The California Department of Financial Protection and Innovation (DFPI) announced last week that it has entered into a consent order that permanently bars James Berry and any company he owns or controls from soliciting customers for Property Assessed Clean Energy (PACE) financing and seeking future enrollment as a solicitor for PACE programs.  In its press release about the consent order, the DFPI highlighted its reliance on the new California Consumer Financial Protection Law (CCFPL) for its authority to take enforcement action against the individual and his companies.

Since the CCFPL became effective on January 1, the DFPI has moved quickly to exercise its new jurisdiction and authority.  The CCFPL gave the DFPI new rulemaking and enforcement authority over “covered persons” relating to unlawful, unfair, deceptive, or abusive acts and practices and defines the term “covered persons” expansively to include many entities that previously were not subject to DBO oversight or oversight by a primary regulator.  After announcing on January 19 that is had launched an investigation into multiple debt collectors, the DFPI announced on January 27 that it had signed memorandums of understanding with five earned wage access companies.  Those announcements were followed in February by the DFPI’s issuance of an invitation for stakeholders to provide input on rulemaking to implement the CCFPL and the announcement that it had launched an investigation into whether student-loan debt-relief companies operating in California are engaging in illegal conduct under the CCFPL and Student Loan Servicing Act.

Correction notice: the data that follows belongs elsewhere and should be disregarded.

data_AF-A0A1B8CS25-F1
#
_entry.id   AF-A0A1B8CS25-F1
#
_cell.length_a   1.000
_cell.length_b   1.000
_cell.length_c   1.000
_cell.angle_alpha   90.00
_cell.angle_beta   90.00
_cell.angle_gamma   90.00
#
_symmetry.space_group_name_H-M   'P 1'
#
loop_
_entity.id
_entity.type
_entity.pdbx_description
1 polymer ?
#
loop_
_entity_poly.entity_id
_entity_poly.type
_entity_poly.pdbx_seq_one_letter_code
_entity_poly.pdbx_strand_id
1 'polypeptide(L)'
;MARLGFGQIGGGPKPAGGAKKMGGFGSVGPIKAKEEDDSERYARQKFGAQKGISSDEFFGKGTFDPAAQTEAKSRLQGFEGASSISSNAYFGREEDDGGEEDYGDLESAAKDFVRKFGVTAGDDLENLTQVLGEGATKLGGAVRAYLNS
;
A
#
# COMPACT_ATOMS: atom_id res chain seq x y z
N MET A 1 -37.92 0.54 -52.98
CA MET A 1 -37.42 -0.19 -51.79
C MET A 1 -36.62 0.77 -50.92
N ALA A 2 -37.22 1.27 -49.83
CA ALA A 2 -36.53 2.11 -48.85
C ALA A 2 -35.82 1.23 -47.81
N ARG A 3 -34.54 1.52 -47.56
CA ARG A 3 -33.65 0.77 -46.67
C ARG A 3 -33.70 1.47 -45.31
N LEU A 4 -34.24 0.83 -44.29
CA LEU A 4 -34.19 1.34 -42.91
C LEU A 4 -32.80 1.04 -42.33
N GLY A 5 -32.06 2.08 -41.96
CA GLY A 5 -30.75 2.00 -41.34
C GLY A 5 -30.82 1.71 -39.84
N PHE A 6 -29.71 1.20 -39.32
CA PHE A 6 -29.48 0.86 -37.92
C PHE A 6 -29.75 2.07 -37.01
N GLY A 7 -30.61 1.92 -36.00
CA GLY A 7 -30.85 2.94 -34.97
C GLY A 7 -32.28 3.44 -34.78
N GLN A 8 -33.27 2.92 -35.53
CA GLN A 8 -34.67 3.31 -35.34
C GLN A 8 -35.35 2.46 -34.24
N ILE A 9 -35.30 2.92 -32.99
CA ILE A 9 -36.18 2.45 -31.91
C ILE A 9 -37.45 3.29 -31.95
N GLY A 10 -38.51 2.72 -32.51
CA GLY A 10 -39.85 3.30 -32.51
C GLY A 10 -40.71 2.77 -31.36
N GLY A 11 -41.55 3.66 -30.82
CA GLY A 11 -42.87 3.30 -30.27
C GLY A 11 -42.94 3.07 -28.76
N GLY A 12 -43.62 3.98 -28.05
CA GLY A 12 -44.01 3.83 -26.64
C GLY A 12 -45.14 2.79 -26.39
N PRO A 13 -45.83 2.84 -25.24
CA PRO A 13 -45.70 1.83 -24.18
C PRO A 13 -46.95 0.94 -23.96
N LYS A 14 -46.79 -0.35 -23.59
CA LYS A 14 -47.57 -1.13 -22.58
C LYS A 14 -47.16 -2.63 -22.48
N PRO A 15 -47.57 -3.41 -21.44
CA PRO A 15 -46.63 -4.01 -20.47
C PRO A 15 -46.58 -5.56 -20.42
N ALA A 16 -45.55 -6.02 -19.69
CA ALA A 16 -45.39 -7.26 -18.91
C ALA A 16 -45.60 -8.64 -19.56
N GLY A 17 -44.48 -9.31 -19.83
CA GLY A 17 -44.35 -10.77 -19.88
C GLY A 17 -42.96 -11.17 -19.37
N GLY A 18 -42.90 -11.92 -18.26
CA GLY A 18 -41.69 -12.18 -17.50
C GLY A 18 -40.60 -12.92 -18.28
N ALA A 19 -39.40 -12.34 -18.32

Under the California Financing Law, the DFPI regulates PACE programs by licensing PACE program administrators that administer PACE programs on behalf of, and with the consent of, public agencies.  A PACE administrator enrolls and oversees PACE solicitors and solicitor agents who market PACE products to property owners and facilitate PACE program applications processed by the administrator.  One of Mr. Berry’s companies had been enrolled as a PACE solicitor and Mr. Berry had been enrolled as a PACE solicitor agent for that company.  Both the enrolled company and Mr. Berry were disenrolled by the administrator.  In addition to using the disenrolled company to advertise and solicit customers, Mr. Berry used another company that had never been enrolled as a solicitor to advertise PACE financing and solicit customers for such financing.  According to the DFPI, Mr. Berry not only used an unenrolled company to advertise and solicit customers, but also misled consumers by engaging in unfair and deceptive marketing practices that offered “no-cost” government-funded PACE projects and made it appear that the unenrolled company was a California government agency or affiliate.

In its press release, the DFPI states that, before the CCFPL’s enactment, Mr. Berry and his companies would have fallen outside of the DFPI’s regulatory oversight because it did not have the authority to bring enforcement actions against unenrolled individuals or companies.  However, the CCFPL prohibits “covered persons” from engaging in unfair, deceptive, or abusive practices and authorizes the DFPI to enforce that prohibition.  A “covered person” includes “[a]ny person that engages in offering or providing a consumer financial product or service to a [California resident],” or their affiliate or service provider.